Also worth keeping in mind—and making clear to readers—is that whatever the merits of Gessler’s approach, the laws on Colorado’s books are not especially restrictive compared to those now in effect in many states. In that same post, Silver guesstimates that Pennsylvania’s new law could swing the presidential vote there about 1.2% toward the GOP, while changes in other states might boost Republicans by less than half a percentage point. Colorado doesn’t make his list.

These issues are complex and contested enough that reporters may not be able to say with confidence who has the better of the argument, or what impact the stricter rules will have. But by taking a deeper look and raising their ambitions—which would mean finding connections between what’s happening here and elsewhere around the country, and seeking out voices other than Gessler and his local adversaries—journalists could make the story more compelling, more accessible, and more meaningful. They might, in the process, help some voters cast their ballots more smoothly on Election Day. That’s all well worth doing, even if the next Katherine Harris isn’t in Colorado.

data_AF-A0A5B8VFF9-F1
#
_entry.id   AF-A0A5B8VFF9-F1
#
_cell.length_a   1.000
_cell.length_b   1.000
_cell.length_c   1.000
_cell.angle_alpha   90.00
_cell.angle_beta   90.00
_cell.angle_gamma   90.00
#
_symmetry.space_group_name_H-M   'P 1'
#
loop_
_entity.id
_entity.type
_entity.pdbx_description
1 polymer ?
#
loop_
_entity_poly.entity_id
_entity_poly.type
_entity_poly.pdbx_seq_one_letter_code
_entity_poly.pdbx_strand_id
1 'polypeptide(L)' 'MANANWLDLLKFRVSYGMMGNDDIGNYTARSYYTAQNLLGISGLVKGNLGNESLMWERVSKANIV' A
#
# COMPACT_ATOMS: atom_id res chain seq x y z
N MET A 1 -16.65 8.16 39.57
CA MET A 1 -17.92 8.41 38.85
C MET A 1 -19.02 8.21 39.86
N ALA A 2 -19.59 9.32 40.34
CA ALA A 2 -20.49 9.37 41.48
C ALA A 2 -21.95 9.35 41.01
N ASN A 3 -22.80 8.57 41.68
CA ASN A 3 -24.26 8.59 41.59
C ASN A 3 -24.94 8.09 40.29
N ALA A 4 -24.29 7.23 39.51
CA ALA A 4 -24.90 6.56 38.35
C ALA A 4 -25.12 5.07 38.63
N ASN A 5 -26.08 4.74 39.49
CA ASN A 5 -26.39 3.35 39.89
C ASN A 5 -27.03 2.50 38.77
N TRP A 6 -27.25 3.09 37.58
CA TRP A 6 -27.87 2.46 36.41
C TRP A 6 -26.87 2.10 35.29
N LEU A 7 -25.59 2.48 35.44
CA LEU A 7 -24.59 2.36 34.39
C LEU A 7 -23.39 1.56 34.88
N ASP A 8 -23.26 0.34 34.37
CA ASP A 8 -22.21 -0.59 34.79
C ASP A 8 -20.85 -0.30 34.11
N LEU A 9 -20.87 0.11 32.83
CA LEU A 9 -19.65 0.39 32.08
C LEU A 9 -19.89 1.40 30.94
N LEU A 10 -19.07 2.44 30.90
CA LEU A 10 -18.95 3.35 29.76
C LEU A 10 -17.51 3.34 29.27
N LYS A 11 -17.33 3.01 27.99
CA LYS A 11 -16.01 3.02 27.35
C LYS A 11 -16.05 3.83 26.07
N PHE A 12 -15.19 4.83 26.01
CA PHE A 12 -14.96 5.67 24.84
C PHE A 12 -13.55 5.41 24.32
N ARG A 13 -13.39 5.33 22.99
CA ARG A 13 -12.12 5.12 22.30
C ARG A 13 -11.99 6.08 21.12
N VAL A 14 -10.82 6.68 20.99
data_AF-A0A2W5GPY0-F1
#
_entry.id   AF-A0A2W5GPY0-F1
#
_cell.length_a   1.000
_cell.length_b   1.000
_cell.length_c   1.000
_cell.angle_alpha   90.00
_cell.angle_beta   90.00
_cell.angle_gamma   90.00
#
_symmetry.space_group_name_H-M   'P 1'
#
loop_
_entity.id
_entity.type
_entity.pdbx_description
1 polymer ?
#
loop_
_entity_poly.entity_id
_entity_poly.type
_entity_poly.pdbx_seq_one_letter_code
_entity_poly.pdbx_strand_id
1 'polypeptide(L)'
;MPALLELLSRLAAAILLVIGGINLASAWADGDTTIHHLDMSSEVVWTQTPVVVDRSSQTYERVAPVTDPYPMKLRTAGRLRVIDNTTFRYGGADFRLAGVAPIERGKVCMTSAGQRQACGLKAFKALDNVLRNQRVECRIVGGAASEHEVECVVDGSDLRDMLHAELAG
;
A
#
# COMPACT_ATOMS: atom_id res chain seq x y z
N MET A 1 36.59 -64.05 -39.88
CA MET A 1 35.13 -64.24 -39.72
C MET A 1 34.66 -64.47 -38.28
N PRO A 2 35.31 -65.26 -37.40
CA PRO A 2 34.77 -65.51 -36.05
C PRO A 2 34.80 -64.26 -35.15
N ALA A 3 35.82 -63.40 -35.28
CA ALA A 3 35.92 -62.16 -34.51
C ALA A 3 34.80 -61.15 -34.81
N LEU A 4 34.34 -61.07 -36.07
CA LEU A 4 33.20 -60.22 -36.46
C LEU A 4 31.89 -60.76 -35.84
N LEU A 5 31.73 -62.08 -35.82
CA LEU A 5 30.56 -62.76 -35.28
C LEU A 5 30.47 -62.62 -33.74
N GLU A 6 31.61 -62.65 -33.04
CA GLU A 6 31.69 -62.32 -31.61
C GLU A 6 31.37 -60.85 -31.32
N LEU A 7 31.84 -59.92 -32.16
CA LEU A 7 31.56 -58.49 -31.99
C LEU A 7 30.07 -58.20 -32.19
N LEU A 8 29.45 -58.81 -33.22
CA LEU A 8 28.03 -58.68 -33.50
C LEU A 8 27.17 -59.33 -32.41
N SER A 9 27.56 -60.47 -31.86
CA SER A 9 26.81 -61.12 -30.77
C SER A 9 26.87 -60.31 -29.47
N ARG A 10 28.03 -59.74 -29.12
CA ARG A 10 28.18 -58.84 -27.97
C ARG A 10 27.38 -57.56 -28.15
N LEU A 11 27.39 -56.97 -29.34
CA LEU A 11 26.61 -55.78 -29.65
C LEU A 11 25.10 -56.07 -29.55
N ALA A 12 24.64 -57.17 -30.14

Mary Winter has worked for seven newspapers, most recently the Denver Post, and was assistant managing editor at She spent the bulk of her career at the Rocky Mountain News, first in features and later managing the legislative and state government teams. In 2008, she oversaw delegate coverage at the Democratic National Convention for the paper. She wrote a weekly column for the News for 10 years.